Chinese Hypersonic Missiles Pose a Huge Threat
It’s difficult to overstate what a game-changer this new capability will be for our national security.
The U.S. military prides itself with being the most advanced fighting force in the world. Is it?
The Chinese could offer a compelling case otherwise, at least when it comes to hypersonic missile technology. For example, China has already conducted two tests of its new, nuclear-capable hypersonic glide missile, a weapon for which the U.S. has no parallel — let alone a defense. General John Hyten, retiring vice chairman of the Joint Chiefs of Staff, explained that the test missile “went around the world, dropped off a hypersonic glide vehicle that glided all the way back to China,” impacting its test target. Hyten went on to say, “They look like a first-use weapon; that’s what those weapons look like to me.” We’ll add the punchline that the general has used his wise discretion not to deliver: That’s because they are.
These weapons have no defensive use. They are purely offensive weapons, designed for first-strike surprise. Additionally, unlike conventional ballistic missiles, which follow trajectories dictated solely by gravity, hypersonic glide weapons are designed to take advantage of plasma physics and aerodynamics to “bounce” off the earth’s atmosphere to maneuver while en route to a target, all at speeds exceeding one mile per second. Experts also believe China’s nuclear arsenal will exceed 1,000 warheads by the end of this decade. If these warheads are deliverable by hypersonic missiles — delivery capabilities Russia likewise has recently touted — then this newly acquired capability by China poses an unprecedented threat to U.S. national security.
The U.S. pioneered hypersonic technology, beginning with the X-15 in the late 1960s. But its commitment to advancing this technology has flagged for well over a decade, even as adversaries like Russia and China have maintained Manhattan Project-like zeal to develop hypersonic capabilities to destroy their enemies (read: us). As Hyten noted, the evidence of these differing commitment levels can be observed by the fact that China has conducted hundreds of tests of hypersonic weapons over the past five years, while the U.S. has conducted only nine.
For its part, the Biden administration has all but discontinued the U.S. hypersonic program, apparently to show Chinese President Xi Jinping we can beat China with one arm tied behind our back. Or something. Setting aside the grim humor, the seriousness of China’s efforts to produce a fielded array of nuclear-tipped hypersonic missiles capable of reaching any target on the planet within 45 minutes or less cannot be overstated. But it gets worse.
The immediate threat isn’t so much that China would use its hypersonic, nuclear-tipped technologies on the U.S. homeland, but rather that it would use its hypersonic weapons conventionally, in the South and East China Seas, to destroy U.S. carrier fleets deployed to defend Taiwan. Recently speaking at the Halifax International Security Forum, U.S. Space Force Vice Chief of Space Operations General David Thompson highlighted the revolutionary nature of this new threat, likening it to a “magical snowball.” He explained: “If I’m throwing a snowball at you, the instant that snowball leaves my hand you have a sense of whether or not it’s going to hit you. But a hypersonic missile changes that game entirely.”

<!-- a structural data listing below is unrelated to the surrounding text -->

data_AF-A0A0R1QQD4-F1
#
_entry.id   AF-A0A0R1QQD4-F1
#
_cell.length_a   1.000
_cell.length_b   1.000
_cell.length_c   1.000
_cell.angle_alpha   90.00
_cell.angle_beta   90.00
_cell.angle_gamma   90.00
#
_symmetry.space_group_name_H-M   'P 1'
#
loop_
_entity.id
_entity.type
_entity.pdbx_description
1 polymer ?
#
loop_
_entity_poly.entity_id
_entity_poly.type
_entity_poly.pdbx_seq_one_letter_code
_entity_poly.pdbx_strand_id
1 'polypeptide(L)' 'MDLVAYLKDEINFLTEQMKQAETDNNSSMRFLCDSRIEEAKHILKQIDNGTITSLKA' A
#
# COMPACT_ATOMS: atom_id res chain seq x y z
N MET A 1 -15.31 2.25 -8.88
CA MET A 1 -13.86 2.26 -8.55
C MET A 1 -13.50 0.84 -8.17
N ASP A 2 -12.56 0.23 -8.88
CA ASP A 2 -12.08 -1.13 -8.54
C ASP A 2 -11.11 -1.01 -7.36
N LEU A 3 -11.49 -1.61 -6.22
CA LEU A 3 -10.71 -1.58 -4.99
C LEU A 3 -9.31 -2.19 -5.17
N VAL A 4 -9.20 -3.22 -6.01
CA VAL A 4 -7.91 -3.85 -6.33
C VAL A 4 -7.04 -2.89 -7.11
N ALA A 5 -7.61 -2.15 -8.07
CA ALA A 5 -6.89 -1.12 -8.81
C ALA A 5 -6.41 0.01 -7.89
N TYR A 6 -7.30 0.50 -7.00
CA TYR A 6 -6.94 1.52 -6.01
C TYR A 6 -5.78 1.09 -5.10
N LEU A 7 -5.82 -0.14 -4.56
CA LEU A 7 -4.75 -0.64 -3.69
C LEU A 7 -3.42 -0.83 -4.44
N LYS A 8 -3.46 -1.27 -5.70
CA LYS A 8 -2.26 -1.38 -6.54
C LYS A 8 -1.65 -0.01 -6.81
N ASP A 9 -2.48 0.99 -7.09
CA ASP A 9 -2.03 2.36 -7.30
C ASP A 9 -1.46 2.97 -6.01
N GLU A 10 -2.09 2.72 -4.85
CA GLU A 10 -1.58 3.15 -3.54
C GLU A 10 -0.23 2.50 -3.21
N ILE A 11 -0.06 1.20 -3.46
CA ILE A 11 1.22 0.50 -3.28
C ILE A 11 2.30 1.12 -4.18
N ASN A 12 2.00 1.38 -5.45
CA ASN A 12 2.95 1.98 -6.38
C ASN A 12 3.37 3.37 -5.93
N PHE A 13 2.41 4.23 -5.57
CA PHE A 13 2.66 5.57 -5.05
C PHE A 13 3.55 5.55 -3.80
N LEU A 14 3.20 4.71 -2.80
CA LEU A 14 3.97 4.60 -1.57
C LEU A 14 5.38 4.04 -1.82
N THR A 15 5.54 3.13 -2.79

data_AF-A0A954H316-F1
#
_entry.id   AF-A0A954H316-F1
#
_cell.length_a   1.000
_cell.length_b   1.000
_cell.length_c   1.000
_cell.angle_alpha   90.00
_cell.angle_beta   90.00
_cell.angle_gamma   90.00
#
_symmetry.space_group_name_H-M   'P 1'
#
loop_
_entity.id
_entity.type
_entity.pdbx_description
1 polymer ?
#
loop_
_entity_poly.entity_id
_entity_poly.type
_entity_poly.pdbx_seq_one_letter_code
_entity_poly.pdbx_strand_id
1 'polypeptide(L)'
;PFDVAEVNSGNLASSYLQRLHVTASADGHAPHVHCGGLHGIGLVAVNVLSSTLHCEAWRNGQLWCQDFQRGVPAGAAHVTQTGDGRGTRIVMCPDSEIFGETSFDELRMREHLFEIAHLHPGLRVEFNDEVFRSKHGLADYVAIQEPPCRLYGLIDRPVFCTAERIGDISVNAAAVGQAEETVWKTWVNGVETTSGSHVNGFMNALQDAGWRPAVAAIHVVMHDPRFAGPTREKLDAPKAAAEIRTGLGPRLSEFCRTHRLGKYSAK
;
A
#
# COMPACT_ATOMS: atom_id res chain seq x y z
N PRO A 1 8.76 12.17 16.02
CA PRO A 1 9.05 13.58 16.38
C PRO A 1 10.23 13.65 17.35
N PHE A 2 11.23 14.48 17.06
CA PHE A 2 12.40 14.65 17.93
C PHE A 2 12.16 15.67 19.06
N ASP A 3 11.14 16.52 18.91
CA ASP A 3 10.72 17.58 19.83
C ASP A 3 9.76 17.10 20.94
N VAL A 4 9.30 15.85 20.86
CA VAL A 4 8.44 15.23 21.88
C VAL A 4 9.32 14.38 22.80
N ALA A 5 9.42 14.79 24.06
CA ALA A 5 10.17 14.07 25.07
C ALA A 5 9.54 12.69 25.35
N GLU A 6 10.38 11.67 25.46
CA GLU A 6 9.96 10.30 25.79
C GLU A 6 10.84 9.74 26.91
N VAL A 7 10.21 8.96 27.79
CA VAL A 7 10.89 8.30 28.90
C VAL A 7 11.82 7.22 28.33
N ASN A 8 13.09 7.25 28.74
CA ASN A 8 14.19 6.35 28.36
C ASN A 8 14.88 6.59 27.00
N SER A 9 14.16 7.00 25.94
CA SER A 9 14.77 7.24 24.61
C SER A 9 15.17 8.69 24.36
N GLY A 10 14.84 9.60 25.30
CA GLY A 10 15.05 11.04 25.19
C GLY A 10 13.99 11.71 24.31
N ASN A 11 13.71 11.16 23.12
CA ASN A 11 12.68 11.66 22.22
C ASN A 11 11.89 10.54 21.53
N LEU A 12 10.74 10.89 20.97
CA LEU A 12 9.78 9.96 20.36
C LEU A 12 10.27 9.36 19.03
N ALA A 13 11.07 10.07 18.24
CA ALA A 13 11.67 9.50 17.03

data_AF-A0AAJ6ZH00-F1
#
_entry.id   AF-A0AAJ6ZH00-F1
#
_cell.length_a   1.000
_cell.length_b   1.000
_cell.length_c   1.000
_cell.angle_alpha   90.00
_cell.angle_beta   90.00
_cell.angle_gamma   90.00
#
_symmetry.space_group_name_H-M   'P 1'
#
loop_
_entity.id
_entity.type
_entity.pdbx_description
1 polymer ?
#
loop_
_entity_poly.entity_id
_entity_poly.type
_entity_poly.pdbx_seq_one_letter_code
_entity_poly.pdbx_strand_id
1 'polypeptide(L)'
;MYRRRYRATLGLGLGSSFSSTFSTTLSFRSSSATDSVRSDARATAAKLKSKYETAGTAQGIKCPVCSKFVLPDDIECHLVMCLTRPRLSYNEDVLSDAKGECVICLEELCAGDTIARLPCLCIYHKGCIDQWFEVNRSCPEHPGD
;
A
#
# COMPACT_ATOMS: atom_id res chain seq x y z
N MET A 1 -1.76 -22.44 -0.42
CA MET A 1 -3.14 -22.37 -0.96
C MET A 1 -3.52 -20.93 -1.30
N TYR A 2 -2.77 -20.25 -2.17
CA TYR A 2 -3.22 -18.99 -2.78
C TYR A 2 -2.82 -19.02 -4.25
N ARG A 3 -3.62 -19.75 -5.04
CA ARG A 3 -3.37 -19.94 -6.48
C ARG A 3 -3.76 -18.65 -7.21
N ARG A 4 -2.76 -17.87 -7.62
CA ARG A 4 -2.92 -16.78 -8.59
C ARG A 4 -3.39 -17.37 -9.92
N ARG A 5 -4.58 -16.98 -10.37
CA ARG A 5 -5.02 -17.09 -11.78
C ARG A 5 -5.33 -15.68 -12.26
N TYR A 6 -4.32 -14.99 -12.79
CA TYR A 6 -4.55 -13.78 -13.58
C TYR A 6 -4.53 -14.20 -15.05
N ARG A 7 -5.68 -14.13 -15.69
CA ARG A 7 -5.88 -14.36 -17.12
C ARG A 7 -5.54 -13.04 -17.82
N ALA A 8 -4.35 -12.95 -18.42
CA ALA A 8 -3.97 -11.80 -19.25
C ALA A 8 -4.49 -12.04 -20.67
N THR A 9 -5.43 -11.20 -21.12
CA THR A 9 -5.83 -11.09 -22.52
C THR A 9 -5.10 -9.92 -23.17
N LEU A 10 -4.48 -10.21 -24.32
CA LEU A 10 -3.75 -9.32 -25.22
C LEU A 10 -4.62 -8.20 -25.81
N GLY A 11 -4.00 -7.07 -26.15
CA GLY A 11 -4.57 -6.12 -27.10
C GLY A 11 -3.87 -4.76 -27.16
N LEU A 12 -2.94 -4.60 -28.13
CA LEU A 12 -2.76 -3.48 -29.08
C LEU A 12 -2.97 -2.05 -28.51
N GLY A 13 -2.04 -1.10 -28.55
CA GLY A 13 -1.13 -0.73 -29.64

Not only are these weapons maneuverable, but because they can travel sub-orbitally, their paths are even more unpredictable, as Thompson further elaborated: “I’m going to throw the snowball, it’s going to go around the world and it’s going to come in and hit you in the back of the head. … And so every launch — regardless of where it’s headed — now has the potential that it could be a threat.”
Imagine, for example, China’s initially launching a hypersonic glide weapon ostensibly in a direction completely away from a U.S. carrier, only to destroy that carrier from an entirely different direction less than an hour later. Worse, because of the maneuverability of such a glide weapon, its intended target could not be definitively determined until only moments before impact. And at the speeds these weapons would impact, warheads wouldn’t even be needed for conventional strikes, removing complex warhead fusing issues from the equation. For example, the energy transfer alone would be enough to take out an entire carrier.
The bottom line is that merely to declare that the U.S. must develop defenses to counter this new technology is to grossly understate the urgency of addressing the threat. As of this year, China has the largest navy in the world, solely based on numbers of ships. By itself, this massive naval buildup has been cause enough for concern, as China — which has made no secret of its plans for regional (first) and global (at some point) hegemony — looks to expand its global power projection capability. But coupled with hypersonic weapons, China’s open aggression on the world stage is unlikely to abate, but rather to accelerate.
Simply put, the urgency of matching and blunting the asymmetric impact of this game-changing weaponry China and Russia are feverishly working to field is impossible to exaggerate.
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